ICYMI: My earlier review of Darkest Hour from this year’s Toronto International Film Festival, originally found here.
Synopsis: During the early days of World War II, with the fall of France imminent, Britain faces its darkest hour as the threat of invasion looms. As the seemingly unstoppable Nazi forces advance, and with the Allied army cornered on the beaches of Dunkirk, the fate of Western Europe hangs on the leadership of the newly-appointed British Prime Minister Winston Churchill. While maneuvering his political rivals, he must confront the ultimate choice: negotiate with Hitler and save the British people at a terrible cost or rally the nation and fight on against incredible odds. (Focus Features)
Starring: Gary Oldman, Lily James, and Ben Mendelsohn
Writer: Anthony McCarten
Director: Joe Wright
Rating: PG (Canada)/PG-13 (United States)
Running Time: 114mins
For showtimes and more, check out Darkest Hour on movietimes.com.
Now there has already been a film about Dunkirk this year with Christopher Nolan’s amazing film Dunkirk and another film about Winston Churchill called Churchill (which I haven’t seen). Most people at this point probably know about the rescue mission at Dunkirk but what about the other side? Here we get it from the perspective of Churchill (Oldman), from his unlikely rise to power to his leading of the British through WWII. His rise was unlikely due to his lack of experience and the fact that he was not liked within his own party. As Prime Minister, Churchill had to make some difficult decisions that not everyone agreed with. Watching Churchill rise through this process was exciting to watch.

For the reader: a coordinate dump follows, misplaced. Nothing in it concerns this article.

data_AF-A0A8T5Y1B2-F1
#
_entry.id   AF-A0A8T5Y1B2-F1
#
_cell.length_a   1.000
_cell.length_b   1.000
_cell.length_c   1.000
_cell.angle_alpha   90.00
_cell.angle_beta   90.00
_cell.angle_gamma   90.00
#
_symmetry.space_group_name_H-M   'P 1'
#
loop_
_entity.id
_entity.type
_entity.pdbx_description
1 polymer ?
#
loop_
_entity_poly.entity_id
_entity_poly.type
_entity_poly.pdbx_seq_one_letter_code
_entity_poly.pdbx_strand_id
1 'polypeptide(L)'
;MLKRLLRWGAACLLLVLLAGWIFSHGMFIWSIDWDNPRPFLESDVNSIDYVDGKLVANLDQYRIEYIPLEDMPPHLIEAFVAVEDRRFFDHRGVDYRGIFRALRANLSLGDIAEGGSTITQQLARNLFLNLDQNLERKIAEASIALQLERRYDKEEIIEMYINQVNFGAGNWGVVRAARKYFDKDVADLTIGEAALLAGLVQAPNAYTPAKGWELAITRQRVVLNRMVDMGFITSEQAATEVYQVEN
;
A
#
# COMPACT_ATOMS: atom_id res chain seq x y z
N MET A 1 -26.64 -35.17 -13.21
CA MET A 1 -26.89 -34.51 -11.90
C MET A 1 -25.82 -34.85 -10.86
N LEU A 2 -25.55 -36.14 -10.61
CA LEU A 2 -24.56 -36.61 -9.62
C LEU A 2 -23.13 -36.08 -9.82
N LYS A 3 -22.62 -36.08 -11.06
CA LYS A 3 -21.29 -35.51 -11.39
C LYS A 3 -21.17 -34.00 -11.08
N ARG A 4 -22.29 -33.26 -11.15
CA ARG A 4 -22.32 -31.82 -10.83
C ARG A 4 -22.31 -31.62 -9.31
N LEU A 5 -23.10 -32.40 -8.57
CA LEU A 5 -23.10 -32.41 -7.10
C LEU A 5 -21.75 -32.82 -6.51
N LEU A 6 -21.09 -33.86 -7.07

Besides Churchill, there wasn’t much else to be had here. This wasn’t necessarily a bad thing since his journey was so compelling to watch and no one came remotely close to him impact wise. There were a few little subplots, however they ultimately didn’t matter. The film was carried by Oldman’s powerfully imposing performance. He simply transformed into Churchill to the point that it was easy to forget that it was Oldman playing him. The work on his makeup and prosthetics should be commended for this as well.
Overall, this was an engaging and insightful historical drama, carried by a powerful, award-worthy performance from Gary Oldman.